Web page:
I have had tailbone pain for 20 years. I am 36 years old. It comes and goes, but it flares up after sitting for long period of times. It feels the best when I am exercising regularly or stretching daily. When I’m in pain it feels like it’s on fire and sometimes part of my leg will hurt as well. What could be causing this pain?
Thank you for your question. Without doing an examination, we’re not able to comment on your specific condition. There are several potential causes for tailbone pain.
Tailbone pain can be caused by trauma which causes bruising or fracture to the coccyx (tailbone). In these cases, the tailbone will be very tender to touch and the pain will typically resolve over time, especially if irritating positions and activities are avoided or minimized.
The sacroiliac joint, which are the joints a couple of inches away from where the spine meets the pelvis on either side, can cause pain that goes down the leg and may be worse with sitting for long periods of time. In certain circumstances, this could also contribute to tailbone pain.
Tailbone pain can also be caused by dysfunction of the internal pelvic muscles, known as the pelvic floor. There are several muscles within the pelvic floor which act as a hammock to support the base of your core. Both muscles and ligaments within your pelvic floor have attachments at the tailbone and along the sacrum and can be potential causes of tailbone pain. These muscles can become dysfunctional and painful due to trauma (such as childbirth) or due to prolonged suboptimal postures or other repetitive activities.
Another cause of tailbone pain is pain that is referred from joints or other structures in the low back, pelvis, or hip joint. Referred pain is pain that is felt at a body region that is different from the region of the body where the pain is being generated. If there is no issue with any of the muscles or other structures in your leg, yet you are still experiencing pain there, it may be an example of referred pain. Without performing an examination of your leg and tailbone region, we cannot tell if this pain is referred from another body region or if it is due to irritation at your tailbone and leg.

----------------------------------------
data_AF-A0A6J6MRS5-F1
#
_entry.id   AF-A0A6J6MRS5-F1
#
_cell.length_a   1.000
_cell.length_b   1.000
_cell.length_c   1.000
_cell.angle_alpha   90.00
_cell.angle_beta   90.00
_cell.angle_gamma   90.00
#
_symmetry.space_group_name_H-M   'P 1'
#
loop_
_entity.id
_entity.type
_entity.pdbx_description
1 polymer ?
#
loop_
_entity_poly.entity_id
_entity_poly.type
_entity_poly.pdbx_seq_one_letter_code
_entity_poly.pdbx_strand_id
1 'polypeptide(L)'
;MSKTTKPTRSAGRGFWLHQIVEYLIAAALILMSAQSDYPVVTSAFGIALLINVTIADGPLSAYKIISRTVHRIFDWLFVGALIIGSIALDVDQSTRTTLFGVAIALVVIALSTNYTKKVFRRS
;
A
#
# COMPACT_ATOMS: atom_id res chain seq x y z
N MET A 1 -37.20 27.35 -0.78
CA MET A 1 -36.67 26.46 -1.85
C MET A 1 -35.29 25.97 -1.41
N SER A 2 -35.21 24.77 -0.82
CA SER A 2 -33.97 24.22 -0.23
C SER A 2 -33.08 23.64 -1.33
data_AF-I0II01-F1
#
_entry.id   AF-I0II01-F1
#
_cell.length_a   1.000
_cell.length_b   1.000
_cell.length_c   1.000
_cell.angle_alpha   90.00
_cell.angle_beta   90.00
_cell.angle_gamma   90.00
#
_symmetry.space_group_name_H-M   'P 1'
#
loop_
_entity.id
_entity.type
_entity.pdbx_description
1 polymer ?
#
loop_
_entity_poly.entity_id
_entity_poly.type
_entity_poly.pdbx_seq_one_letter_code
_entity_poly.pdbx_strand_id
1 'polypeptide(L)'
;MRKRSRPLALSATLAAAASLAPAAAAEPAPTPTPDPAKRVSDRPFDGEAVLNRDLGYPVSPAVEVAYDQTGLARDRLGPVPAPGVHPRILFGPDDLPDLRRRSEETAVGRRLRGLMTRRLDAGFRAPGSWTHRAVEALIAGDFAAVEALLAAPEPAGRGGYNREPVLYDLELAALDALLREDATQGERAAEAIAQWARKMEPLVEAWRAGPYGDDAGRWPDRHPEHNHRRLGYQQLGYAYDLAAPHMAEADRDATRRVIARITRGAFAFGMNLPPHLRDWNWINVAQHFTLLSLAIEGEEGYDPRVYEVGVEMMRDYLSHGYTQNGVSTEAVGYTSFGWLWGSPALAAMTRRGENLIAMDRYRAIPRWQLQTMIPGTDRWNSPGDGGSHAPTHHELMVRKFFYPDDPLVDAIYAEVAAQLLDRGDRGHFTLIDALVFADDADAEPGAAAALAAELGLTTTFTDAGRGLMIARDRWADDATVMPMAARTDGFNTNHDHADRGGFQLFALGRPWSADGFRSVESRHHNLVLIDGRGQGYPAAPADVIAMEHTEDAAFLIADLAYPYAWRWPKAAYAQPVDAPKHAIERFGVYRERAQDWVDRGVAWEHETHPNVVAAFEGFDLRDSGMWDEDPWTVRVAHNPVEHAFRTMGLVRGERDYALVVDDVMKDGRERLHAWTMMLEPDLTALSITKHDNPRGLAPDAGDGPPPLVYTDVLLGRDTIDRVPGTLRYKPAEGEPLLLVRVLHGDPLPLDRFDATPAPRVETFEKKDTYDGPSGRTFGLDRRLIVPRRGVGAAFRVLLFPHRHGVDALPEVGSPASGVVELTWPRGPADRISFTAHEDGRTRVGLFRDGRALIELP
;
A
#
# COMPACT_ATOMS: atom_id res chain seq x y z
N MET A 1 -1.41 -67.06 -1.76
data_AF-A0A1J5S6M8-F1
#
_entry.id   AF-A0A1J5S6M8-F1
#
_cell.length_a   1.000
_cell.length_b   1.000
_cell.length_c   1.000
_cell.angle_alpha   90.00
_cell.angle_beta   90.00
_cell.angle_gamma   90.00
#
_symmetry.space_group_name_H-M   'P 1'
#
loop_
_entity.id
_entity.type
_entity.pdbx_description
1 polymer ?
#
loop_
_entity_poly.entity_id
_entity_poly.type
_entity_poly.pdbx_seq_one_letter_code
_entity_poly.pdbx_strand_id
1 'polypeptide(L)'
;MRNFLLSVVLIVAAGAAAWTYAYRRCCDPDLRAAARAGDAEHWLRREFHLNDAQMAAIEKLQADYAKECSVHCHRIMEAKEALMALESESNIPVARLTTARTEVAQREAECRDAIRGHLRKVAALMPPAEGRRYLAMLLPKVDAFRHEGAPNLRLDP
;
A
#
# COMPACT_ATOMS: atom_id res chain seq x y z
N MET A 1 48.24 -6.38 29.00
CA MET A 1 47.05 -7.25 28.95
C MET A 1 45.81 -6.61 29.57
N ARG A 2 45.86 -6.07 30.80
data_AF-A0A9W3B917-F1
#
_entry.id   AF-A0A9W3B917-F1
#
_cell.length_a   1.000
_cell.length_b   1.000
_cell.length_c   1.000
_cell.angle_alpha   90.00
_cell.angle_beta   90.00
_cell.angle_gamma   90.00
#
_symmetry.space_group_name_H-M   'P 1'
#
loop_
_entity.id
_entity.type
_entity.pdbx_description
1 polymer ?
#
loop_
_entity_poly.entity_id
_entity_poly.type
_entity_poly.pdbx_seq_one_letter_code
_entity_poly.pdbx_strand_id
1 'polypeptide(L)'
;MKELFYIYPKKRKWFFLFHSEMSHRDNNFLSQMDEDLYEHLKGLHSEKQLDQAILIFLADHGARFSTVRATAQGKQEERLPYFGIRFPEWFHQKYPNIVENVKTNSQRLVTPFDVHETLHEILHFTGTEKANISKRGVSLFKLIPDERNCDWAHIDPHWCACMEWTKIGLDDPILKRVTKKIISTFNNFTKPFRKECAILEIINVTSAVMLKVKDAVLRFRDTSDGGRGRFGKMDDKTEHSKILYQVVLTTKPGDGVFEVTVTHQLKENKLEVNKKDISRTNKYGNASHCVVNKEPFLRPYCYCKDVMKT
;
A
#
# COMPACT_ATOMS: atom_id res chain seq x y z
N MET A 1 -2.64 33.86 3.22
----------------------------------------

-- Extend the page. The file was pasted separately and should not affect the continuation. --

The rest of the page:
A physical therapist can assess your low back, hips, and pelvic floor to determine the causes as well as appropriate treatments to address your tailbone pain. Physical therapy treatment for tailbone pain will often include coaching on postural strategies to minimize discomfort with sitting, as well as instruction in stretching of tight muscles and strengthening of weak muscles within your pelvic floor, hips, and abdomen. Physical therapy treatment for tailbone pain may also include hands-on therapeutic techniques to improve movement in stiff joints or other tissues in order to further help reduce your pain.
In rare cases, tailbone pain may come from a non-musculoskeletal origin. In this case, a physical therapist will refer you to the appropriate healthcare providers to ensure that you get the care you need.
Please note, this reply is for informational purposes only. It’s not intended to be a substitute for professional medical advice, diagnosis, or treatment. Always seek the advice of your physician, physical therapist, or other qualified health provider with a medical condition.